Hands On with Ted Baker’s interactive campaign


What is it?

Ted Baker has launched a new advertising campaign for its spring 2017 range called Keeping Up with the Bakers, based around a fictional family living in a 1950s-styled suburbia.

The campaign has various elements, including its centerpiece 360 degree shoppable advert created with the help of Happy Finish, available for desktop, smartphone and tablet.

Alongside this, the retailer has introduced interactive window displays at its flagship London store in Regent Street, congruent with the Baker family theme and offering shoppers the opportunity to “nose around” their lives.

A “sitcom” was also introduced, running for eight episodes on Instagram, which introduces customers to the family and their scandalous life in the form of a stylised retro American TV show.

How does it work?

360 degree shoppable advert

Customers are presented with various digital scenes which they can interact with in various ways, as well as using their device to look and move around.

In each scene there are moving images which could be the milkman popping his head out of the bedroom cupboard, or one of the Bakers’ children running past.

Alongside this there are various icons which allow customers to zoom in on characters far away, interact with certain items in the scene like turning on the TV, purchase the outfit a character is wearing, or move to a different scene.

On desktop, the mouse is used to drag the view around the 360 degree spaces, but on devices this is done by simply moving around, allowing for the Google Cardboard compatability.

Interactive Window displays

The flagship store‘s main window presents a scene from the Bakers’ life, with two window-shaped digital screens in the background.

If a passerby places their hands in the correct place and peers through the shop window, a photo is taken of their face which then pops up in the digital windows, shooting green beams out of their eyes.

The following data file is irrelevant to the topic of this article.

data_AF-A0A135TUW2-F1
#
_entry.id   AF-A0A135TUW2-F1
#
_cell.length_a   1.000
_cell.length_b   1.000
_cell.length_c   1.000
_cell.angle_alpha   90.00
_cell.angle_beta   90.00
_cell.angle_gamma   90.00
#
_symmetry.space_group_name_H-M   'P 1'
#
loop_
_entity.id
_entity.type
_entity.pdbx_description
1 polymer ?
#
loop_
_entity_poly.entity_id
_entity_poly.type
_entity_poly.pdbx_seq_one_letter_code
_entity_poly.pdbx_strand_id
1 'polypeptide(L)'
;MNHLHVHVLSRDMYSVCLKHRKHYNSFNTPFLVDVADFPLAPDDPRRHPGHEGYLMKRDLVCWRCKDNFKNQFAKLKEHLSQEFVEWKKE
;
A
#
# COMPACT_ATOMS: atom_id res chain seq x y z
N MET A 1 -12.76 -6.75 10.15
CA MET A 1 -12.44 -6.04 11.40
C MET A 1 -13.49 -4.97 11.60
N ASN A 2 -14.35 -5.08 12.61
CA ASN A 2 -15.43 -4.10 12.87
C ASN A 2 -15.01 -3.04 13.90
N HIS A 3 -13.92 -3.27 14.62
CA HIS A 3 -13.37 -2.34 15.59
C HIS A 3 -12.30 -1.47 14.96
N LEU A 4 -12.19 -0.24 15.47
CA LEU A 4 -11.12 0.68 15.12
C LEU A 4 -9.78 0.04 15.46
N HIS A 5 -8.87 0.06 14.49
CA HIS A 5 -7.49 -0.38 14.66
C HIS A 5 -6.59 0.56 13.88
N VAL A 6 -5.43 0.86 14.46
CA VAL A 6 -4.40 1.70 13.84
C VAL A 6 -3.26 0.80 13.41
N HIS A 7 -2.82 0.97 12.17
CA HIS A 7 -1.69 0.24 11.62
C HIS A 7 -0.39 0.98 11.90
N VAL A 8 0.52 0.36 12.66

The window display in Ted Baker Regent Street

How well does it work?

360 degree shoppable advert

The application runs at varying degrees of success. On desktop it wasn‘t especially intuitive to the mouse, and if you are viewing the video on Youtube, the mouse often pauses the video when you‘re trying to move around. Our experience was slow and jumpy, but this is likely to change depending on your system and internet connection.

Despite this, it really comes into its own when used with a mobile device. Having the ability to seamlessly look around the scene without having to drag the mouse made the experience much more enjoyable and immersive. Although there were a few speed issues, this did not dettract from the ability to navigate scenes and shop items with ease.

Although it is keeping with the retro sitcom feel, the theme song soon became tiresome and is played on a loop, but it can be muted.

Glitches like this were common, but short lived if you move around

Interactive Window displays

The webcam was incredibly intuitive, although people were hanging around the shop front and sometimes leaning on the window display, it never once took an accidental picture.

The photos are clear and the images don‘t look out of place when they appear on the window.

After your photo is taken, it will appear in the window and shoot green beams from your eyes  

Should I try it?

Both of these experiences are immersive and generally work well. Any shopper passing Regent Street will find brief but satisfying fun in the interactive window displays.

As for the shoppable advert, it succeeds in displaying the brand’s latest range in an interesting and adventurous fashion, even if it still suffers from a few technical bugs.

Anyone interested in Ted Baker, virtual reality or the future of retail marketing should definitely try it for themselves.

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